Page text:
One Thing Led To Another

By Staff
article image

3821 Hope St. Klamath Falls, Oregon 97603

I’ve read in GEM many times how someone was given an engine
and I thought: ‘That could never happen to this kid!’

How wrong I was in my thinking, because two years ago on a rainy
March afternoon, I got a phone call from a friend of mine, who
asked me if I would be interested in a Graham-Paige rototiller. He
thought there was an engine on the property somewhere, too! I told
him I’d be there in 30 minutes. I got my son and piled into the
pickup and drove over there. It was still raining like there was no

When we got there, Henry motioned to us to drive around to the
barn. There sat the tiller. The recoil starter was gone and the
muffler was rusted through, but the engine wasn’t stuck and it
showed promise; you gotta think positively!!

It took four of us to lift it into the truck and in the process,
I came across the engine that he had told me about.

It had been covered with an old canvas, which made it look more
like a big rock. When we uncovered it, it was a small 1? HP engine;
the name tag on the water hopper read: ‘Little Jumbo, Mfg. by
Nelson Bros., Saginaw, Mich., 1? HP Style

I looked up at my friend grinning ear to ear and asked him if he
wanted to sell it. He said no, but if I wanted it, I could have it.
And he said: ‘If it is left here, the scrap truck is coming
tomorrow, and anything that is still here will go to the

I even got to take an old pump jack I found lying on its side in
the field. We got home soaked to the skin, but very happy about our
truck load of iron. My wife sort of looked at us like we were
certifiably nuts and told us to make sure she could get her car in
the garage!

It took a lot of time and patience and most of all a lot of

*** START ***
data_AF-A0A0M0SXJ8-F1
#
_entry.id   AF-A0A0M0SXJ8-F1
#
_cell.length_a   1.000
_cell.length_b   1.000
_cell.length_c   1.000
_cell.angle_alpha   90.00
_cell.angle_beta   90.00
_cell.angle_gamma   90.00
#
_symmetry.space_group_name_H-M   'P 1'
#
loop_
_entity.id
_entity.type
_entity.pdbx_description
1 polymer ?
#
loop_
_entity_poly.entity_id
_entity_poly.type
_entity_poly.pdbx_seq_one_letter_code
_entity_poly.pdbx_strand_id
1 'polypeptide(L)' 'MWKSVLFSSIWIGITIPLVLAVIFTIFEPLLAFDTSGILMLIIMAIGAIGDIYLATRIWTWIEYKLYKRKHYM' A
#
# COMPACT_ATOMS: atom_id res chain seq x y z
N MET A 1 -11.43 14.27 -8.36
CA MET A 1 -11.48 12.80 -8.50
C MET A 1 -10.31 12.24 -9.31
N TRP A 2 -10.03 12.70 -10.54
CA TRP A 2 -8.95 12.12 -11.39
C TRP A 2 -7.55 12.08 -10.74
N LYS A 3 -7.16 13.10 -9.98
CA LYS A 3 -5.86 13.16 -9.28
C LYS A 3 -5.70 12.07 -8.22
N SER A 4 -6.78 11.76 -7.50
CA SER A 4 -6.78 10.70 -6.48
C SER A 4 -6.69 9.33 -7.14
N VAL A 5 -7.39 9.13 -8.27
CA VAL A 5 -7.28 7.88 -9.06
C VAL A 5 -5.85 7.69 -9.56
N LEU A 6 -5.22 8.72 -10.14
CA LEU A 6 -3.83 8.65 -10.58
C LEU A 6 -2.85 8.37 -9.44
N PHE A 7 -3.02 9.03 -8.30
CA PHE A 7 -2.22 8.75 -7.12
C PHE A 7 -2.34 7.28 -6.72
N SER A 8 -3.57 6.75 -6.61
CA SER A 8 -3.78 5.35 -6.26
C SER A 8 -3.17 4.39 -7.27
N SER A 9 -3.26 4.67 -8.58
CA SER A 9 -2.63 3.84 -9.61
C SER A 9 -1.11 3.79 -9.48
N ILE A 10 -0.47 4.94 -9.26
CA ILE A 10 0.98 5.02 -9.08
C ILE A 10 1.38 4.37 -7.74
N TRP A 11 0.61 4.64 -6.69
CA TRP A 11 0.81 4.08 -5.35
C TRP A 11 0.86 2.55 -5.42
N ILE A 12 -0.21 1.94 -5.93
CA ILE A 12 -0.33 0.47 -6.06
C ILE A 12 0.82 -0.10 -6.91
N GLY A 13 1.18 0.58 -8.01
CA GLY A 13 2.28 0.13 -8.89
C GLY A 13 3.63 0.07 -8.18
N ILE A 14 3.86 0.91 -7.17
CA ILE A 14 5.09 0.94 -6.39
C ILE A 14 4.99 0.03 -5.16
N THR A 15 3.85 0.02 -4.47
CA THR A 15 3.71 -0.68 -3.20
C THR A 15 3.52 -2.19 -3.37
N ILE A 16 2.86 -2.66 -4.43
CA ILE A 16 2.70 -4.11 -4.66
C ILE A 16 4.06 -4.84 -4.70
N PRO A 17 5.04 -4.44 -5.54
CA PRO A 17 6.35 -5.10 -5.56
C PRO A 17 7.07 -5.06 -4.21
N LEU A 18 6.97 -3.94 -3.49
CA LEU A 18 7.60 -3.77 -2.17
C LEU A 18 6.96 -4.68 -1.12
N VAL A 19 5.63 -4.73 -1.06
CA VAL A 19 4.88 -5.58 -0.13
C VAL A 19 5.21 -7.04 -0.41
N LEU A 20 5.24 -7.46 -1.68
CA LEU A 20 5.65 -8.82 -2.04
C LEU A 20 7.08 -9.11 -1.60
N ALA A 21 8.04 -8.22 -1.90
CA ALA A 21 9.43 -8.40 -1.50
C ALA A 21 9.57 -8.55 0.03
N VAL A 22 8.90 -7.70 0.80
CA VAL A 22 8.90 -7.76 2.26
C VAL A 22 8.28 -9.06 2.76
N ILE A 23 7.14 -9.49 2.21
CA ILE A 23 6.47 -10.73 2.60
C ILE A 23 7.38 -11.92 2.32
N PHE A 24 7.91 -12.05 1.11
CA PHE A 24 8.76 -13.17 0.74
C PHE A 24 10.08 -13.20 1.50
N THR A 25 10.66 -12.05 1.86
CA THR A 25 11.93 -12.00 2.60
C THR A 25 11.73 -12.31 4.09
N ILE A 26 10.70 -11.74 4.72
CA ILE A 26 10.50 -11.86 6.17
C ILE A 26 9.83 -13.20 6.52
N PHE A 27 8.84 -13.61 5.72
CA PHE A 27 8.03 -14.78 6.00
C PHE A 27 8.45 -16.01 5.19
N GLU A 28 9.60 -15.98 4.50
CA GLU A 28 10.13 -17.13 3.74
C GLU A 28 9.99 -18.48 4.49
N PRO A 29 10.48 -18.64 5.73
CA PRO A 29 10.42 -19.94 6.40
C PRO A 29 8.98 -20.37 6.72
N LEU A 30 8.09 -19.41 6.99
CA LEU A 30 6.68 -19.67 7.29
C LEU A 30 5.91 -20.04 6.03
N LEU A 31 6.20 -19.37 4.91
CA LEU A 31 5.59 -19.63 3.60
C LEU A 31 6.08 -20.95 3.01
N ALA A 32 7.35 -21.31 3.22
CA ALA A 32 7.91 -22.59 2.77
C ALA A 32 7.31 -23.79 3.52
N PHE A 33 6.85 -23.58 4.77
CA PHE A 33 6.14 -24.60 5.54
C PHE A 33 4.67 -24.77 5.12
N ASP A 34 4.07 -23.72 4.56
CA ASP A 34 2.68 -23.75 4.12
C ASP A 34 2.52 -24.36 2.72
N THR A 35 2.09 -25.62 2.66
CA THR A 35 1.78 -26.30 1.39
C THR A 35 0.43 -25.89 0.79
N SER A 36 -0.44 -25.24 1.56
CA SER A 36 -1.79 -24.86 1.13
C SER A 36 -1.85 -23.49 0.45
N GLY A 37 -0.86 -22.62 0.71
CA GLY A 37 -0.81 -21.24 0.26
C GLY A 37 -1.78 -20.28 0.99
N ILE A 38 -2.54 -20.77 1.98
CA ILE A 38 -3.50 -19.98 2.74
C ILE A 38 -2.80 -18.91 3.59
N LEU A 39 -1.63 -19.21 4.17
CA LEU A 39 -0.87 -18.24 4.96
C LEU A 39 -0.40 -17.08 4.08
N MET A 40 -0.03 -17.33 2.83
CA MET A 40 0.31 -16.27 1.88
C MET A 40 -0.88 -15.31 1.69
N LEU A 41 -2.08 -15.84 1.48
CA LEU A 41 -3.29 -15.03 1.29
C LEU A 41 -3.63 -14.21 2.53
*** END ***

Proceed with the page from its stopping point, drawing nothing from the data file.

searching for parts. The Jumbo was missing its carburetor and the
paddle-like valve lever was broken. A gentleman from Redlands,
California was kind enough to send me a picture of his Jumbo, which
was a great help and kept me from making some errors.

Once I had all the parts, I started to work on the Jumbo. I got
the head off with a little WD-40 and a lot of patience, and got the
valves to come out with no trouble at all. Since the engine had
been covered, the rust was kept to a minimum, and I found enough of
the original paint to find some paint that came pretty close to
make a good match. I used Pittsburgh’s Plantation Green and it
turned out great.

For a gas tank, I used an old float from the junk pile where I
work, and for the exhaust pipe, I used a small section of Schedule
40 brass pipe. When I finished the restoration and cranked it up
for the first time, it let out a low hollow pop and kept on
running, smooth as you please.

I can hardly wait for the Spring Gas-Up, because this one may
very well be the only Jumbo there. There is one thing though, that
I still need, a recoil starter and a muffler for a Graham-Paige
B1-6. If anyone out there can help me in this area, please let me

In closing, I’d like to say that while I’ve been in this
hobby I have some of the best memories and have met some of the
kindest people I’ve ever known. In my book, it is people like
this that make this hobby one of the best!

Gas Engine Magazine
Gas Engine Magazine
Preserving the History of Internal Combustion Engines